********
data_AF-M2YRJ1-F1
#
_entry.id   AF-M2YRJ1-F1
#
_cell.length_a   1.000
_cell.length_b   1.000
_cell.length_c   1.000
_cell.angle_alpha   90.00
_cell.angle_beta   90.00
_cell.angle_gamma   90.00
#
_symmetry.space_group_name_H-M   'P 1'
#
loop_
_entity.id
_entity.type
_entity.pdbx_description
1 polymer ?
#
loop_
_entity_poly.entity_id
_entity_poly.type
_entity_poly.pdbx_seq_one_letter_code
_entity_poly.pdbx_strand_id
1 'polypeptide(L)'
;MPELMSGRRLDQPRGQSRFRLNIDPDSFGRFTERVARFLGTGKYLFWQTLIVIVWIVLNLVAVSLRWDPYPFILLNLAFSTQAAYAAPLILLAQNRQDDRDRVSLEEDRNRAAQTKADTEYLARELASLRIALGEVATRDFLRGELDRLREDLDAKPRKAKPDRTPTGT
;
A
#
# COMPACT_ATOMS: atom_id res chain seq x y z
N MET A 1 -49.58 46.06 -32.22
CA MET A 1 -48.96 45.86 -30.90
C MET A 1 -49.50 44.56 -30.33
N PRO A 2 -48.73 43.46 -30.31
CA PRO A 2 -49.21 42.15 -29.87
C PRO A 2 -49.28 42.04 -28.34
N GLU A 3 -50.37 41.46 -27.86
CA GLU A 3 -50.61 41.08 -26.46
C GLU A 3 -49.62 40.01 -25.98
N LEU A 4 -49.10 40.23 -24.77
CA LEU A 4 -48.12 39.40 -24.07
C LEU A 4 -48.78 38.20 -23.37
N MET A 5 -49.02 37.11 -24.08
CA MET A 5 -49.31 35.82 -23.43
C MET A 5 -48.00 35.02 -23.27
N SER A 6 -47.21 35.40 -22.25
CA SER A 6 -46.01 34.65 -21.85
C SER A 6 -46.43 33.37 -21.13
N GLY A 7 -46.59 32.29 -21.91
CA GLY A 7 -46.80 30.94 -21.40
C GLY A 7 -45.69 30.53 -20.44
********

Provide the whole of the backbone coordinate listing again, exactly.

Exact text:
data_AF-M2YRJ1-F1
#
_entry.id   AF-M2YRJ1-F1
#
_cell.length_a   1.000
_cell.length_b   1.000
_cell.length_c   1.000
_cell.angle_alpha   90.00
_cell.angle_beta   90.00
_cell.angle_gamma   90.00
#
_symmetry.space_group_name_H-M   'P 1'
#
loop_
_entity.id
_entity.type
_entity.pdbx_description
1 polymer ?
#
loop_
_entity_poly.entity_id
_entity_poly.type
_entity_poly.pdbx_seq_one_letter_code
_entity_poly.pdbx_strand_id
1 'polypeptide(L)'
;MPELMSGRRLDQPRGQSRFRLNIDPDSFGRFTERVARFLGTGKYLFWQTLIVIVWIVLNLVAVSLRWDPYPFILLNLAFSTQAAYAAPLILLAQNRQDDRDRVSLEEDRNRAAQTKADTEYLARELASLRIALGEVATRDFLRGELDRLREDLDAKPRKAKPDRTPTGT
;
A
#
# COMPACT_ATOMS: atom_id res chain seq x y z
N MET A 1 -49.58 46.06 -32.22
CA MET A 1 -48.96 45.86 -30.90
C MET A 1 -49.50 44.56 -30.33
N PRO A 2 -48.73 43.46 -30.31
CA PRO A 2 -49.21 42.15 -29.87
C PRO A 2 -49.28 42.04 -28.34
N GLU A 3 -50.37 41.46 -27.86
CA GLU A 3 -50.61 41.08 -26.46
C GLU A 3 -49.62 40.01 -25.98
N LEU A 4 -49.10 40.23 -24.77
CA LEU A 4 -48.12 39.40 -24.07
C LEU A 4 -48.78 38.20 -23.37
N MET A 5 -49.02 37.11 -24.08
CA MET A 5 -49.31 35.82 -23.43
C MET A 5 -48.00 35.02 -23.27
N SER A 6 -47.21 35.40 -22.25
CA SER A 6 -46.01 34.65 -21.85
C SER A 6 -46.43 33.37 -21.13
N GLY A 7 -46.59 32.29 -21.91
CA GLY A 7 -46.80 30.94 -21.40
C GLY A 7 -45.69 30.53 -20.44